A Whole9 guest post by Dr Sult, medical doctor, medical educator, inspirational speaker & the author of Just Be Well: A Book For Seekers of Vibrant Health.
In a recent post we discussed how many of us have mistakenly believed that lowering cholesterol levels is the key to reducing the risk of heart attack. In fact, tracking cholesterol levels does not get to the real culprit: LDL, or low-density lipoprotein. A high level of LDL increases the risk, while a high level of HDL, or high-density lipoprotein, lowers risk.
Doctors may prescribe statins, or cholesterol-lowering drugs, to combat dyslipidemia, or high cholesterol (i.e. high LDL). But that course of treatment may not be effective, particularly for those who have side effects from statins or who prefer alternative treatment.
A newer approach is to combine nutrition, in the form of a lipid-lowering diet, and nutraceutical supplements, which have been scientifically shown to effectively treat high cholesterol without drugs. In his article, “The Role of Nutrition and Nutritional Supplements in the Treatment of Dyslipidemia,” Mark C. Houston, MD, outlines 38 mechanisms to reduce the risk of cardiovascular disease.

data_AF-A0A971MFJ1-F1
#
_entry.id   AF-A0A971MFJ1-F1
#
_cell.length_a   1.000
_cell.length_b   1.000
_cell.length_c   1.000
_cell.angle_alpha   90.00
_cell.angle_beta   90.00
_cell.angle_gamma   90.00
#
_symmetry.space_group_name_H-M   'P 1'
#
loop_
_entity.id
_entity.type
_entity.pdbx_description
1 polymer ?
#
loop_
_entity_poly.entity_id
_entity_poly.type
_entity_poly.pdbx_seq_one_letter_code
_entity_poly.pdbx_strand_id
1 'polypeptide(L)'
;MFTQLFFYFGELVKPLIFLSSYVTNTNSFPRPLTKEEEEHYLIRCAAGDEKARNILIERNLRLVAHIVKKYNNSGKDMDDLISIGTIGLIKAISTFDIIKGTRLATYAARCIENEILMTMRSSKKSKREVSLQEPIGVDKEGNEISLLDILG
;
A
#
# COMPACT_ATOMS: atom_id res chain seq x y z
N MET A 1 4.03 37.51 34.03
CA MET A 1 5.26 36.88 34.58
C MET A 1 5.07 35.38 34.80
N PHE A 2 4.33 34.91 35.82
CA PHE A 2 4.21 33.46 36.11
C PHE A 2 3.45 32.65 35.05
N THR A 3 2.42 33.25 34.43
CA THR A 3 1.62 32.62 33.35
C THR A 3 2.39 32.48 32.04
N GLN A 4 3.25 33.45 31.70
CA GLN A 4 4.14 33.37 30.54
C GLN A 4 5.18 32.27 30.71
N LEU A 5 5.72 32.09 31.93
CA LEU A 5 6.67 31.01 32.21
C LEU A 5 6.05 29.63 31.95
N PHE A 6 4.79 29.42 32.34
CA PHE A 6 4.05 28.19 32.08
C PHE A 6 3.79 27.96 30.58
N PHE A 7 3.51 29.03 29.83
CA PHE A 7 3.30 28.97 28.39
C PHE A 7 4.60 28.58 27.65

Rather than tackle all 38 at once, let’s look at four nutrients that have been suggested to lower cholesterol. These nutrients are involved in the biosynthesis or elimination of cholesterol.
In the diagram below, you can see where and how these nutrients interact with the biochemical pathways that produce cholesterol. Houston’s article and the diagram below show the cholesterol pathway, beginning with the molecule acetate, which is eventually formed into a molecule generally used for energy production called Acetyl-COA.
Nutrients That Lower Cholesterol
Policosanol: A Caution
Now before we delve into the effective nutrients, I’d like to first point out one called Policosanol. Made from sugarcane extract, it’s been believed to interfere with cholesterol synthesis; however, more recent trials and my personal clinical experience have been disappointing, because using it hasn’t shown any significant improvement in lipid fraction. Although it continues to be promoted as an effective treatment for high cholesterol, it doesn’t appear to be.
Red Yeast Rice: Statin-like Results